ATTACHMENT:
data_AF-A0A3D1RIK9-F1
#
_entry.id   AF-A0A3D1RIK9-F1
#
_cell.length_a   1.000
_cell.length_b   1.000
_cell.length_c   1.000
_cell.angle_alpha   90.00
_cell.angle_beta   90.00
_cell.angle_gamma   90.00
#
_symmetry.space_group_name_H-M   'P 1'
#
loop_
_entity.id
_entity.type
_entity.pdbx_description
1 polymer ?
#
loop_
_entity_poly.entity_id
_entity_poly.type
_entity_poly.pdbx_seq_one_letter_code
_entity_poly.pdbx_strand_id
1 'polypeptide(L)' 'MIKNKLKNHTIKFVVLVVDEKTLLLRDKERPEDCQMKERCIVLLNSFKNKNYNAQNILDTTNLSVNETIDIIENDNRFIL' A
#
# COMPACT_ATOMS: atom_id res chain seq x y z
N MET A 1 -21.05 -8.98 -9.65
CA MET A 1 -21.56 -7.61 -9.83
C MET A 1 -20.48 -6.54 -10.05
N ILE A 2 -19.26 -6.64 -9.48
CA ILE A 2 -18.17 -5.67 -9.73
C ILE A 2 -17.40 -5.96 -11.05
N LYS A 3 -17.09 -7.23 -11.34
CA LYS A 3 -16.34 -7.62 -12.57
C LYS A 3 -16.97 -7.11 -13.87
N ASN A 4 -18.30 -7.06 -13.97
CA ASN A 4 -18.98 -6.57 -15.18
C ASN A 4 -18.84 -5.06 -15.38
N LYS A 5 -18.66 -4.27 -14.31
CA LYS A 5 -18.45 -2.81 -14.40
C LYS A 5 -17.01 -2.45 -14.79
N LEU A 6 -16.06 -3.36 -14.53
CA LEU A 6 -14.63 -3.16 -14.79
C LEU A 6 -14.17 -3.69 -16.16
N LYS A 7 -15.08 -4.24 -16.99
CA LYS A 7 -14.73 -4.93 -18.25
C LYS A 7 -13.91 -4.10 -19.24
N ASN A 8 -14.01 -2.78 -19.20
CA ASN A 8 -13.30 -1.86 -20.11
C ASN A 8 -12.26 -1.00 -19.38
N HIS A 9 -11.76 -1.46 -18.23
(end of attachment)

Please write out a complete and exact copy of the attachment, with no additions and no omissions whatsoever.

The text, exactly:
data_AF-A0A3D1RIK9-F1
#
_entry.id   AF-A0A3D1RIK9-F1
#
_cell.length_a   1.000
_cell.length_b   1.000
_cell.length_c   1.000
_cell.angle_alpha   90.00
_cell.angle_beta   90.00
_cell.angle_gamma   90.00
#
_symmetry.space_group_name_H-M   'P 1'
#
loop_
_entity.id
_entity.type
_entity.pdbx_description
1 polymer ?
#
loop_
_entity_poly.entity_id
_entity_poly.type
_entity_poly.pdbx_seq_one_letter_code
_entity_poly.pdbx_strand_id
1 'polypeptide(L)' 'MIKNKLKNHTIKFVVLVVDEKTLLLRDKERPEDCQMKERCIVLLNSFKNKNYNAQNILDTTNLSVNETIDIIENDNRFIL' A
#
# COMPACT_ATOMS: atom_id res chain seq x y z
N MET A 1 -21.05 -8.98 -9.65
CA MET A 1 -21.56 -7.61 -9.83
C MET A 1 -20.48 -6.54 -10.05
N ILE A 2 -19.26 -6.64 -9.48
CA ILE A 2 -18.17 -5.67 -9.73
C ILE A 2 -17.40 -5.96 -11.05
N LYS A 3 -17.09 -7.23 -11.34
CA LYS A 3 -16.34 -7.62 -12.57
C LYS A 3 -16.97 -7.11 -13.87
N ASN A 4 -18.30 -7.06 -13.97
CA ASN A 4 -18.98 -6.57 -15.18
C ASN A 4 -18.84 -5.06 -15.38
N LYS A 5 -18.66 -4.27 -14.31
CA LYS A 5 -18.45 -2.81 -14.40
C LYS A 5 -17.01 -2.45 -14.79
N LEU A 6 -16.06 -3.36 -14.53
CA LEU A 6 -14.63 -3.16 -14.79
C LEU A 6 -14.17 -3.69 -16.16
N LYS A 7 -15.08 -4.24 -16.99
CA LYS A 7 -14.73 -4.93 -18.25
C LYS A 7 -13.91 -4.10 -19.24
N ASN A 8 -14.01 -2.78 -19.20
CA ASN A 8 -13.30 -1.86 -20.11
C ASN A 8 -12.26 -1.00 -19.38
N HIS A 9 -11.76 -1.46 -18.23